Forum: Ruby Is it easy for a bad programmer to write overly complicated code? (was: Re: Normal For Loop)

E0d864d9677f3c1482a20152b7cac0e2?d=identicon&s=25 Robert Klemme (robert_k78)
on 2013-10-24 12:42
(Received via mailing list)
I changed the subject as I feel we are moving away from the topic.

On Thu, Oct 24, 2013 at 12:11 PM, Roy Gardiner <lists@ruby-forum.com>
wrote:

> My question was general, perhaps I'll try again -- is it easy for a bad
> programmer to write overly complicated code?

Do you mean in general or specifically in Ruby vs. other programming
languages?  Concluding from code I have seen I would say it is easy
for bad programmers to write overly complicated code - regardless of
language.  It may be a tad less easy in Ruby as the syntax is pretty
clean and it is more difficult to produce unreadable code just by
doing syntax tricks.

Kind regards

robert
043da5541fa61b38d9011cfaec4836ba?d=identicon&s=25 Roy Gardiner (roy-gardiner)
on 2013-10-24 12:59
Bad programmers

- write 'tight' code.  They think that fewer keystrokes = good
- think their problem is 'complex' (never 'complicated') and thus must
have a complex solution -- they don't try to simplify.
- deliberately try out as many new features as they can, in live code,
to improve their own knowledge and to show off
- choose the difficult,complicated (but of course 'more comprehensive'
or 'more elegant')way over the easy, simple way of doing anything.

what I fear is that the variety of Ruby -- there seem to be any number
of ways of doing the simplest things -- may encourage them.
14b5582046b4e7b24ab69b7886a35868?d=identicon&s=25 Joel Pearson (virtuoso)
on 2013-10-24 13:25
I certainly wrote overly complex and repetitive code when learning Ruby.
Not writing methods, writing all code in main, not using OO... sometimes
you have to make mistakes to fully understand the benefits of doing
things properly.
3853dd5371ac1e094fc45d6c2aa0e459?d=identicon&s=25 Carlo E. Prelz (Guest)
on 2013-10-24 14:49
(Received via mailing list)
Subject: Is it easy for a bad programmer to write overly complicated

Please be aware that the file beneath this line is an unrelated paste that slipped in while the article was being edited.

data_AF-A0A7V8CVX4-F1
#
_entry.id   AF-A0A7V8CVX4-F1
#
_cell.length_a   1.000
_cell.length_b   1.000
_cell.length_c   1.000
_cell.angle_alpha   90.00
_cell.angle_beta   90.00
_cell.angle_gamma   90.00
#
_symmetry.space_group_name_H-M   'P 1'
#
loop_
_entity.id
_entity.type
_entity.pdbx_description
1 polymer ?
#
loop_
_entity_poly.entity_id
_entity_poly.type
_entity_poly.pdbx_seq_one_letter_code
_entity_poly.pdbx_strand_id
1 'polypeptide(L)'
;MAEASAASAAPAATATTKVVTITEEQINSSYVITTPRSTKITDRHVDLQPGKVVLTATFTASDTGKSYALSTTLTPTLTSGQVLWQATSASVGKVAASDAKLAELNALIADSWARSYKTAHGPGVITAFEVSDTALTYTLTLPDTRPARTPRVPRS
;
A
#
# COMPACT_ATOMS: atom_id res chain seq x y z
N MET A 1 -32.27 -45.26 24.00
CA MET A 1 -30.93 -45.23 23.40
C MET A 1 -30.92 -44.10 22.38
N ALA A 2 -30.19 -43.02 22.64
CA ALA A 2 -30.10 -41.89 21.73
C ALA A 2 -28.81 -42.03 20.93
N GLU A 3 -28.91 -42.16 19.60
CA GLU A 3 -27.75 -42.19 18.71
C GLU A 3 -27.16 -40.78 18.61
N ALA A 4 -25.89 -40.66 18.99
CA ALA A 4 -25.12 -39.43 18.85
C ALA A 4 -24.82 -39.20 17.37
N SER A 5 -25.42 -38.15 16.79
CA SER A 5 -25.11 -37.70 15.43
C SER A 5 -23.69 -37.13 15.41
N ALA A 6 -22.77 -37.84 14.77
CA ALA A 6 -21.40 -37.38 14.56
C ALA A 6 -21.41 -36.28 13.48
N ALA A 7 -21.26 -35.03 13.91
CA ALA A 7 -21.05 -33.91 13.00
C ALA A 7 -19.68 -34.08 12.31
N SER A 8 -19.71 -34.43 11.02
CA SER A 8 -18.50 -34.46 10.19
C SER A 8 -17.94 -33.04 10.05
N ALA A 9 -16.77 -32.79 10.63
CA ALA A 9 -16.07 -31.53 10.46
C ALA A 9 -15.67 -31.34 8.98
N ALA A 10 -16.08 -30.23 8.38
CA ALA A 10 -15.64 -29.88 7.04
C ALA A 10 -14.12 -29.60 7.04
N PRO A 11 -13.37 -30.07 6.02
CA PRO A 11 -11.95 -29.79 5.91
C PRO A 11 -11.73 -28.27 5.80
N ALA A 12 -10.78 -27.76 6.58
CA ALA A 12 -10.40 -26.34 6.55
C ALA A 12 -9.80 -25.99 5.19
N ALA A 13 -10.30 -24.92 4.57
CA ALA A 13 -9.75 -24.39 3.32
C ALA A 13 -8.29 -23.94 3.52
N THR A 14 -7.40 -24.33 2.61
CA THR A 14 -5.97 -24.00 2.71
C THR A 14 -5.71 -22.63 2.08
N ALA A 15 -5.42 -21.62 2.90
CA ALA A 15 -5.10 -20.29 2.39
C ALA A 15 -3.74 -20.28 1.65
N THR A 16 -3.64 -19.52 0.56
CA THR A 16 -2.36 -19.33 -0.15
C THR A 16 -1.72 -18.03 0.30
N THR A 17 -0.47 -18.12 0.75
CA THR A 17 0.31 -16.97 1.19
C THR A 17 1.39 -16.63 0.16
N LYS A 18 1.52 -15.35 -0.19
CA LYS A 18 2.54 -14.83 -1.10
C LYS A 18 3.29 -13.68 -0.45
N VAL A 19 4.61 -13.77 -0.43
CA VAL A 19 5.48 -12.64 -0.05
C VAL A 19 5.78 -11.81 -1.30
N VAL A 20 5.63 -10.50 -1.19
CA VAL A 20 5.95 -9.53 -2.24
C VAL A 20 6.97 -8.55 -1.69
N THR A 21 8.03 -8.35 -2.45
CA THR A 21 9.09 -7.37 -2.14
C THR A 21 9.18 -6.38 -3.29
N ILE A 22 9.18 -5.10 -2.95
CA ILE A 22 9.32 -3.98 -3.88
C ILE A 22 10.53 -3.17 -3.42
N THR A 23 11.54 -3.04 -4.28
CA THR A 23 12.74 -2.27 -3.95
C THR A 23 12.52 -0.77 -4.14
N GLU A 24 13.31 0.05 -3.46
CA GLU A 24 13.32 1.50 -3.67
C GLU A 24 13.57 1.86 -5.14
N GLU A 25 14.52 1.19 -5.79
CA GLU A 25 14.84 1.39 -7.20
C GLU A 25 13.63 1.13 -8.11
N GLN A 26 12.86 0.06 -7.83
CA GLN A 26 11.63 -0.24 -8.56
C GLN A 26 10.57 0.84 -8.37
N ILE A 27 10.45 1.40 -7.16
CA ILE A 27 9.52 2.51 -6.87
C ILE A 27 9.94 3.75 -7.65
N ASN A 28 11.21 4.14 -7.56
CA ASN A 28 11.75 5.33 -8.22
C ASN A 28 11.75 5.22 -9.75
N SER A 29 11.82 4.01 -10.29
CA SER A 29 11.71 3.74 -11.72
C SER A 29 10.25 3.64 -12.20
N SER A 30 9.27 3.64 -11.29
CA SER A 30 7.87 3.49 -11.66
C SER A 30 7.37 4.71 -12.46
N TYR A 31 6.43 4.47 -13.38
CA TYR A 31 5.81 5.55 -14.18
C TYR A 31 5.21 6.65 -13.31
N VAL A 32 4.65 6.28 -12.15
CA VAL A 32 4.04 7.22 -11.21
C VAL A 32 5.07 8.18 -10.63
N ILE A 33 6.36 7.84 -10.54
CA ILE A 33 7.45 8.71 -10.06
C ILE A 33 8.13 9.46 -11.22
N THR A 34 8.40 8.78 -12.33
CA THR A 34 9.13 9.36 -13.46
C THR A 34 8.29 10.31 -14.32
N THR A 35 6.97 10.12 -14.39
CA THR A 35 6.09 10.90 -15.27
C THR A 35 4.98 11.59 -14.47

code? (was: Re: Normal For Loop)
  Date: gio 24 ott 13 12:59:40 +0200
Sorry for the delay!

Quoting Roy Gardiner (lists@ruby-forum.com):

> Bad programmers

<snip>

> - deliberately try out as many new features as they can, in live code,
> to improve their own knowledge and to show off

You are putting two opposite concepts in the same basket. To show off
is of course bad. To improve one's knowledge is not only a good thing
- it is one of the fundamental reasons why we are here on this
planet.

The evil here is on the part of corporate employers, who couldn't care
less about the personal evolution of the programmers they employ, and
are after the fundamentally flawed holy grail of
programmers-as-commodity. You burn one, you get a new one from the
drawer.

These employers are afraid of hiring people who are brighter than they
are, and thus the code that is produced by their people is unescapably
mediocre.

Carlo
043da5541fa61b38d9011cfaec4836ba?d=identicon&s=25 Roy Gardiner (roy-gardiner)
on 2013-10-24 15:55
Carlo E. Prelz wrote in post #1125499:
> Subject: Is it easy for a bad programmer to write overly complicated
> code? (was: Re: Normal For Loop)
>   Date: gio 24 ott 13 12:59:40 +0200
> Sorry for the delay!
>
> Quoting Roy Gardiner (lists@ruby-forum.com):
>
>> Bad programmers
>
> <snip>
>
>> - deliberately try out as many new features as they can, in live code,
>> to improve their own knowledge and to show off
>
> You are putting two opposite concepts in the same basket. To show off
> is of course bad. To improve one's knowledge is not only a good thing
> - it is one of the fundamental reasons why we are here on this
> planet.

I chose my words carefully :-) it's why I said 'live code'.  Anyone
writing anything other than the simplest, easiest code to solve a
problem is (in my book anyway) a bad programmer.  I have known any
number to 'bend' a solution to fit code they want to write.

> The evil here is on the part of corporate employers, who couldn't care
> less about the personal evolution of the programmers they employ, and
> are after the fundamentally flawed holy grail of
> programmers-as-commodity. You burn one, you get a new one from the
> drawer.

A different discussion indeed...!

> These employers are afraid of hiring people who are brighter than they
> are, and thus the code that is produced by their people is unescapably
> mediocre.
>
> Carlo

People who won't hire others brighter than themselves in any field are
2nd rate, as you say.  It's an infallible measure, IMO.
3853dd5371ac1e094fc45d6c2aa0e459?d=identicon&s=25 Carlo E. Prelz (Guest)
on 2013-10-24 16:15
(Received via mailing list)
Subject: Re: Is it easy for a bad programmer to write overly complicated
code? (was: Re: Normal For Loop)
  Date: gio 24 ott 13 03:55:47 +0200

Quoting Roy Gardiner (lists@ruby-forum.com):

> I chose my words carefully :-) it's why I said 'live code'.  Anyone
> writing anything other than the simplest, easiest code to solve a
> problem is (in my book anyway) a bad programmer.  I have known any
> number to 'bend' a solution to fit code they want to write.

It becomes soon evident to anybody who cares for his/her code that
simple, linear (although *not* easy, at least concept-wise) code cuts
the cake much better than uselessly complex code. I reacted to your
usage of showing off and improving one's knowledge as comparable
concepts. I believe these two attitudes produce widely different
results. If you consider coding as craftsmanship, the first attitude